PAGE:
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High stakes as New Hampshire holds key White House primary

By Agence France-Presse 

Democrats cast ballots Tuesday in New Hampshire’s high-stakes primary as leftist Bernie Sanders and young challenger Pete Buttigieg battle for pole position in the race to challenge President Donald Trump in November.

Voters in Manchester, New Hampshire on February 11, 2020 -- home to just 1.3 million people the state is a battleground that plays a hugely influential role in the American political landscape. (AFP / Joseph Prezioso / MANILA BULLETIN)

Voters in Manchester, New Hampshire on February 11, 2020 — home to just 1.3 million people the state is a battleground that plays a hugely influential role in the American political landscape. (AFP / Joseph Prezioso / MANILA BULLETIN)

White House hopefuls have been courting votes in the rolling farm country, lakeside towns and mountain hamlets of the northeastern Granite State, seeking to ignite precious momentum in the Democratic nomination race.

After months atop the pack, Joe Biden has conceded he expects to do badly in New Hampshire, as he did in Iowa — and the former vice president raised eyebrows by canceling a primary-night party to head straight on to his stronghold of South Carolina.

“I’m not giving up on New Hampshire,” insisted the 77-year-old — who is sliding in the polls and hopes to right the ship later this month in Nevada and South Carolina thanks to strong support among their racially-diverse population.

New Hampshire is home to just 1.3 million people but it is a battleground whose primary plays a hugely influential role in the American political landscape.

The 78-year-old Sanders is the strong favorite as a senator from neighboring Vermont; four years ago he won New Hampshire by a landslide. He is tailed by 38-year-old moderate Buttigieg, whose win in Iowa’s messy caucuses has boosted his presidential bid.

A light snow fell at a Boys and Girls Club in the state capital Concord, as people showed a voter ID, received a paper ballot and went to one of 33 voting booths curtained by red, white and blue plastic or to table top voting spots.

Mike Schowalter, a 39-year-old lawyer who says he normally supports small government and open markets, said this time he voted for Sanders, a self-declared democratic socialist who critics complain is proposing a health care overhaul and other sweeping ideas that are just too expensive.

“It does seem kind of strange, but I do think a lot of stuff going on in our country right now is a bit broken,” Schowalter told AFP. “I think he’ll get us talking.”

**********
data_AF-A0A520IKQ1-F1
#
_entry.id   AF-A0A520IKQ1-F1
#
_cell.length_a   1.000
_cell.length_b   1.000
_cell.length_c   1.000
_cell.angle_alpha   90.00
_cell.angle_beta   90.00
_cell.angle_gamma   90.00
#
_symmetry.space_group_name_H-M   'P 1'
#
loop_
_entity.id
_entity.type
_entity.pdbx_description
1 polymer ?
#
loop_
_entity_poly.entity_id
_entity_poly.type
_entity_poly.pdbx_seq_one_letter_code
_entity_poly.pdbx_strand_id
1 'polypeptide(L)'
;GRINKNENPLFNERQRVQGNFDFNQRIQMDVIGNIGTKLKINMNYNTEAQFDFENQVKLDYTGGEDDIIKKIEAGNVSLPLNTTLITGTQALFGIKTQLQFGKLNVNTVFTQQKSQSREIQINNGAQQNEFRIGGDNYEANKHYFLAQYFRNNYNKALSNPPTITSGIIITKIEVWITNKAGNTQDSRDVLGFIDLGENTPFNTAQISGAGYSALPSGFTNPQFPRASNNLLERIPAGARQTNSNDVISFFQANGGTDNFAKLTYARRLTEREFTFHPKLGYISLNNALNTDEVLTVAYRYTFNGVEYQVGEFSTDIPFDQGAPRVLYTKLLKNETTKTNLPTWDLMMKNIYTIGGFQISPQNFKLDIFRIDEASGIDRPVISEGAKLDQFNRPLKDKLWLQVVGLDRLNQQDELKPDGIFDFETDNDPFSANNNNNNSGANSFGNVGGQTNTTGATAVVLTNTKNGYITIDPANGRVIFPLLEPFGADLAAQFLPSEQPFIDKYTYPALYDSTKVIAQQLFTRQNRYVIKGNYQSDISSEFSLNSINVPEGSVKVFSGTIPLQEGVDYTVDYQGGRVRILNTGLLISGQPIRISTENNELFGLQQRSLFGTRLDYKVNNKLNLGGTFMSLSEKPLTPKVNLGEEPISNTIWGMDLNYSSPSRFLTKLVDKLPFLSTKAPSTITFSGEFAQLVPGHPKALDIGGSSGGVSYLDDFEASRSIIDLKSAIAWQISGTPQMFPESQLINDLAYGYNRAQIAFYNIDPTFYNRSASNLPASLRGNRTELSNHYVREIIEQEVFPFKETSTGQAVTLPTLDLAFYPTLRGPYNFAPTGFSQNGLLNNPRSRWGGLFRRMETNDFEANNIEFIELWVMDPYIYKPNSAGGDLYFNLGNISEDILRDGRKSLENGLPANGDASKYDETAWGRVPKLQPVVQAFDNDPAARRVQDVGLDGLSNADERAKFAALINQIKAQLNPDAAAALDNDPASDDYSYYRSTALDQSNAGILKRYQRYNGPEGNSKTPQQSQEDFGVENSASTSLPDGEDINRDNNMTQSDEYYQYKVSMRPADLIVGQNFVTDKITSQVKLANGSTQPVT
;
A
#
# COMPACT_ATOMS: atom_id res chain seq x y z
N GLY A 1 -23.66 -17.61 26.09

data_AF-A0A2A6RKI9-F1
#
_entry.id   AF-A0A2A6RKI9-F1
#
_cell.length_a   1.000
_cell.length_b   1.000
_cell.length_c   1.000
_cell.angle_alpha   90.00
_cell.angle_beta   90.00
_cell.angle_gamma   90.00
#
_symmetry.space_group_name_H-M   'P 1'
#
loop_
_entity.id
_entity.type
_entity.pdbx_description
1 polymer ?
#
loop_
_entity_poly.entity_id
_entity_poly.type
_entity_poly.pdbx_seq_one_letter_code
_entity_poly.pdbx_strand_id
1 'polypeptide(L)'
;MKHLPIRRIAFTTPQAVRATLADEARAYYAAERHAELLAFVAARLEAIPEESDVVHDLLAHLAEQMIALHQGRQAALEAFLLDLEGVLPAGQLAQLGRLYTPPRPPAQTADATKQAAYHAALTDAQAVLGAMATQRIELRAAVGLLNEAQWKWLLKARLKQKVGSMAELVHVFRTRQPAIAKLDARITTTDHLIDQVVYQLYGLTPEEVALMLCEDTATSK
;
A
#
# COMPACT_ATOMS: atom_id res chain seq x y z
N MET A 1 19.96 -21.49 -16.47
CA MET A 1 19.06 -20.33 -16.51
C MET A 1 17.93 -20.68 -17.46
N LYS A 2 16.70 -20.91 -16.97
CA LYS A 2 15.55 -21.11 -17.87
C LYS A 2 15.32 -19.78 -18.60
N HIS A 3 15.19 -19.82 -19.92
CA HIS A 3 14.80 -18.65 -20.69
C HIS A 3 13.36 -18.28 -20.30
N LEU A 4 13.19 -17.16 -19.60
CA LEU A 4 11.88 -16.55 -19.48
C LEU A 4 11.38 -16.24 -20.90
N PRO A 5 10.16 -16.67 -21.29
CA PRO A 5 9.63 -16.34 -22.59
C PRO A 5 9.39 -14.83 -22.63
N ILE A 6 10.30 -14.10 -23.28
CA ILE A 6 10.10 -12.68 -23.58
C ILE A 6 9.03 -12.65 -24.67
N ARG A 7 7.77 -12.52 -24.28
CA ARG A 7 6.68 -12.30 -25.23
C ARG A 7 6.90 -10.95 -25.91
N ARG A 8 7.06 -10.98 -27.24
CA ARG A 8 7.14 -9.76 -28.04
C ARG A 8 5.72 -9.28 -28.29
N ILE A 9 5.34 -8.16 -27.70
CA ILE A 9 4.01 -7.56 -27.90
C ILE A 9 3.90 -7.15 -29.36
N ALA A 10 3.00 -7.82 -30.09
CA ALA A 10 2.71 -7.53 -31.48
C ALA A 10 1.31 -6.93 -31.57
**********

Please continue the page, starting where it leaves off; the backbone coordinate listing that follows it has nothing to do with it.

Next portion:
– ‘Nation’s future’ –

As New Hampshire undergoes its quadrennial close-up, an anxious Democratic Party is searching for the best way to beat Trump as it narrows the field of 11 current candidates.

The RealClearPolitics polling average shows Sanders — who espouses a “political revolution” — at 28.7 percent in New Hampshire, with Buttigieg, the former mayor of South Bend, Indiana next on 21.3 percent.

A late surge in New Hampshire has also lifted the fortunes of Amy Klobuchar, with two new polls showing the senator from Minnesota jumping past both Biden and Elizabeth Warren, the main progressive in the race alongside Sanders.

“New Hampshire, the choice you make today will shape our nation’s future,” Buttigieg tweeted as polling began on Tuesday, depicting himself as a fresh new force that can lead a drive to beat Trump.

“Together we will build the coalition we need to defeat Trump in November.”

Sanders put out a similar message about how much is at stake. “Today’s New Hampshire primary is incredibly important,” he tweeted.

Complicating Tuesday’s vote, independents — who outnumber both Democrats and Republicans in the state — can vote in either primary, potentially tipping the scales in a tight race.

Buoyed by a strong Iowa showing, Sanders has emerged as the national Democratic frontrunner with 25 support, according to a new Quinnipiac University poll which described it as a “dramatic shift.”

Conversely, Biden has skidded from 26 to 17 percent support since the end of January.

Significantly, the survey also showed billionaire Michael Bloomberg vaulting into third place on 15 percent — suggesting a possible upset when New York’s former mayor, who is skipping the first four nominating contests, throws himself fully into the race.

Competing for the moderate vote, Bloomberg is focusing on March 3’s Super Tuesday, when 14 states vote — spending a record $260 million of his personal fortune on his campaign, to Sanders’ fury who accuses him of trying to “buy the election.”

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